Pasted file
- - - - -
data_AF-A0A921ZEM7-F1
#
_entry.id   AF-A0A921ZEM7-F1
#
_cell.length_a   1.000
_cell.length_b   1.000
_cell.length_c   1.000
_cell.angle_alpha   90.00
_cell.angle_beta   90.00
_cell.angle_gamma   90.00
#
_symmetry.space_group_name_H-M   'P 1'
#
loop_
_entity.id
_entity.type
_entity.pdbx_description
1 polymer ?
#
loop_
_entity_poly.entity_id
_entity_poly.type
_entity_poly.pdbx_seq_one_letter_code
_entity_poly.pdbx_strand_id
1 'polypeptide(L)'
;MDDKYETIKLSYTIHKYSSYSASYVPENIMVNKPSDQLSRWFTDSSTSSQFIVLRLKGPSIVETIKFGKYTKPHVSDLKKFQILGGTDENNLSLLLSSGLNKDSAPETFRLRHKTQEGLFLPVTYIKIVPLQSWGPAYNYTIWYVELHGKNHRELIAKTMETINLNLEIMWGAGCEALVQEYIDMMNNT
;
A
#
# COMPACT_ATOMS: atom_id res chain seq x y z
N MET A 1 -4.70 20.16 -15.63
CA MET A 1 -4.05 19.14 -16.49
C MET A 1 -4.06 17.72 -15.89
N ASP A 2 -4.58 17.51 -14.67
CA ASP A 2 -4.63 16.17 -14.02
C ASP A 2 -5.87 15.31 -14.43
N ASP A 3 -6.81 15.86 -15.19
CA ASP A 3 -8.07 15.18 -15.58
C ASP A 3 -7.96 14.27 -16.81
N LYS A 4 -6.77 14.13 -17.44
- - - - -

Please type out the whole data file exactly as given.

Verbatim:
data_AF-A0A921ZEM7-F1
#
_entry.id   AF-A0A921ZEM7-F1
#
_cell.length_a   1.000
_cell.length_b   1.000
_cell.length_c   1.000
_cell.angle_alpha   90.00
_cell.angle_beta   90.00
_cell.angle_gamma   90.00
#
_symmetry.space_group_name_H-M   'P 1'
#
loop_
_entity.id
_entity.type
_entity.pdbx_description
1 polymer ?
#
loop_
_entity_poly.entity_id
_entity_poly.type
_entity_poly.pdbx_seq_one_letter_code
_entity_poly.pdbx_strand_id
1 'polypeptide(L)'
;MDDKYETIKLSYTIHKYSSYSASYVPENIMVNKPSDQLSRWFTDSSTSSQFIVLRLKGPSIVETIKFGKYTKPHVSDLKKFQILGGTDENNLSLLLSSGLNKDSAPETFRLRHKTQEGLFLPVTYIKIVPLQSWGPAYNYTIWYVELHGKNHRELIAKTMETINLNLEIMWGAGCEALVQEYIDMMNNT
;
A
#
# COMPACT_ATOMS: atom_id res chain seq x y z
N MET A 1 -4.70 20.16 -15.63
CA MET A 1 -4.05 19.14 -16.49
C MET A 1 -4.06 17.72 -15.89
N ASP A 2 -4.58 17.51 -14.67
CA ASP A 2 -4.63 16.17 -14.02
C ASP A 2 -5.87 15.31 -14.43
N ASP A 3 -6.81 15.86 -15.19
CA ASP A 3 -8.07 15.18 -15.58
C ASP A 3 -7.96 14.27 -16.81
N LYS A 4 -6.77 14.13 -17.44